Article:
shown improved 3-month survival compared with placebo
. In the past, whether endoscopic variceal eradication
should be carried out in such patients remained unclear
due to the cost and the lack of survival benefit . With
the advance of molecular target therapies, the manage-
ment of variceal bleeding in such patients may be
changed. Although the experience is limited, we believe
the development of such new molecular target therapies
may prolong the survival of such patients. Furthermore,
more aggressive endoscopic therapy for such cases may
provide an improved outcome.
S. S. WU*
H. H. YEN*
C. Y. CHUNGy
*Department of Gastroenterology,
Changhua Christian Medical Center,
Changhua, Taiwan, ROC; yDepartment of
Oncology, Changhua Christian Medical
1 Amitrano L, Guardascione MA, Bennato R, Manguso F, Balzano A.
MELD score and hepatocellular carcinoma identify patients at
different risk of short-term mortality among cirrhotics bleeding
from esophageal varices. J Hepatol 2005;42:820e825.
2 Lang L. FDA approves sorafenib for patients with inoperable liver
cancer. Gastroenterology 2008;134:379.
3 Kadouchi K, Higuchi K, Shiba M, et al. What are the risk factors
for aggravation of esophageal varices in patients with hepato-
cellular carcinoma? J Gastroenterol Hepatol 2007;22:240e246.
4 Liu L, Cao Y, Chen C, et al. Sorafenib blocks the RAF/MEK/ERK
pathway, inhibits tumor angiogenesis, and induces tumor cell
apoptosis in hepatocellular carcinoma model PLC/PRF/5. Cancer
5 Abou-Alfa GK, Schwartz L, Ricci S, et al. Phase II study of
sorafenib in patients with advanced hepatocellular carcinoma.
J Clin Oncol 2006;24:4293e4300.
Salvage Radiotherapy for Local Relapse after Primary
Cryotherapy for Prostate Cancer
Sir d Thomson et al.  recently published an interesting
letter in Clinical Oncology about a patient treated with
salvage radiotherapy for local relapse after cryosurgical
ablation for prostate cancer. There is little experience
published about external beam radiotherapy as salvage
treatment of local relapses after cryotherapy for prostate
We would like to report four patients treated between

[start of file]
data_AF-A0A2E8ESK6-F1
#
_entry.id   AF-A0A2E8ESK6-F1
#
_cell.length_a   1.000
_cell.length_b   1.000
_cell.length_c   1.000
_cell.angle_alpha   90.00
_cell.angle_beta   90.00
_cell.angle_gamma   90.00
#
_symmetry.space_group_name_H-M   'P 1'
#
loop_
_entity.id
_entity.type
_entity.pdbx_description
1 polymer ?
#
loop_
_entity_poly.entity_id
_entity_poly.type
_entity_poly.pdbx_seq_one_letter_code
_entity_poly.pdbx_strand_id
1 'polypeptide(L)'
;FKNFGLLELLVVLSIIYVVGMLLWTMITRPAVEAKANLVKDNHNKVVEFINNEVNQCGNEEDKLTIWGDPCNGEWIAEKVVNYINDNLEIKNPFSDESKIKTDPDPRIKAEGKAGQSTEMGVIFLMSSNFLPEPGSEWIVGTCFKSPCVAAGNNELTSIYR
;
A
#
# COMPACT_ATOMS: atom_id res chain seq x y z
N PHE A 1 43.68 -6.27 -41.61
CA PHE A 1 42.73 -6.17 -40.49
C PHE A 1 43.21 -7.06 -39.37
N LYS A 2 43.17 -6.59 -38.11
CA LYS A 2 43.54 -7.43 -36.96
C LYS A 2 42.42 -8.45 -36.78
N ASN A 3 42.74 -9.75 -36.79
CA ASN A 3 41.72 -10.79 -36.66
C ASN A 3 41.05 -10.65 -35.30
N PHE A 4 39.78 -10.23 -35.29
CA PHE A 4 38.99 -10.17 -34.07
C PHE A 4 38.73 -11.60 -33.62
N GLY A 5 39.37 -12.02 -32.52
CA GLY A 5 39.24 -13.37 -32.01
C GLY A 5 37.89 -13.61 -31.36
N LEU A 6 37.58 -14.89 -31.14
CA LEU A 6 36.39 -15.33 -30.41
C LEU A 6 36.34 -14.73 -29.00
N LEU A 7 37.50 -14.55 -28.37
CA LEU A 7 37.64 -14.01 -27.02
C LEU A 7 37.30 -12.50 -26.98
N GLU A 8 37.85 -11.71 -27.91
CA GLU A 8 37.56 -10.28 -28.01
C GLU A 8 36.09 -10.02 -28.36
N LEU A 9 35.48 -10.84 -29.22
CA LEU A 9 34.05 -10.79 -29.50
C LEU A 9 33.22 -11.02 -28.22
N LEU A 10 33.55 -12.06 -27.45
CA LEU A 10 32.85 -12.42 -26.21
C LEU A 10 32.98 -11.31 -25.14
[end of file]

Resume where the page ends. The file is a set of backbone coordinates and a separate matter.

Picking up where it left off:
2004 and 2007 in this clinical scenario in the Radiation
Oncology Department of Hospital de l’Esperanc ¸a in Barce-
All of the patients were treated with primary cryother-
apy by the same urological team using the same technique.
In brief, under transrectal ultrasound guidance, cryoprobes
were placed using a percutaneous transperineal way to
cover the entire prostate gland. An argon-based cooling
system with urethral warming was used to freeze the
In all patients, local relapse was confirmed by endorectal
magnetic resonance imaging and by transrectal biopsy.
The median elapsed time between cryotherapy and the
initiation of salvage external beam radiotherapy was 15.25
months (range 7e28).
Patients underwent simulation and treatment in the
supine position with a full bladder and a knee support as
the immobilisation device. Computed tomography image
data sets for planning were acquired for three-dimensional
conformal radiation therapy using a 5 mm slice thickness.
The clinical target volume (CTV) was defined as the
prostate and seminal vesicles, and the planning target
volume (PTV) was defined with a CTV to PTV margin of
10 mm in all directions. Treatment verification was carried
out with skin tattoos and weekly electronic portal imaging.
The patients were irradiated with external beam radio-
therapy at 2 Gy/fraction using 18 MV photon beams. The
Table 1 e Patient characteristics and outcome
1 77 T1c N0 M03þ2 4.62 154þ 3 4.5 72GU 1
40 GU 0
2 72 T2a N0 M04þ3 20.3274þ 3 1974 36 BF
3 73T1c N0 M02þ3 12.11113þ 31.9 7422 BNED
4 78 T2a N0 M0? 101 28? 0,6776 10 BNED
CS, cryosurgery; EBRT, external beam radiotherapy; BNED, biochemically no evidence of disease; BF, biochemical failure; GU, genitourinary;
mean total radiation dose delivered in the target was 74 Gy Download full-text
(range 72e76). No patient received androgen deprivation
therapy before or during radiotherapy.
Genitourinary and gastrointestinal acute and late toxic-
ity were scored using Radiation Therapy Oncology Group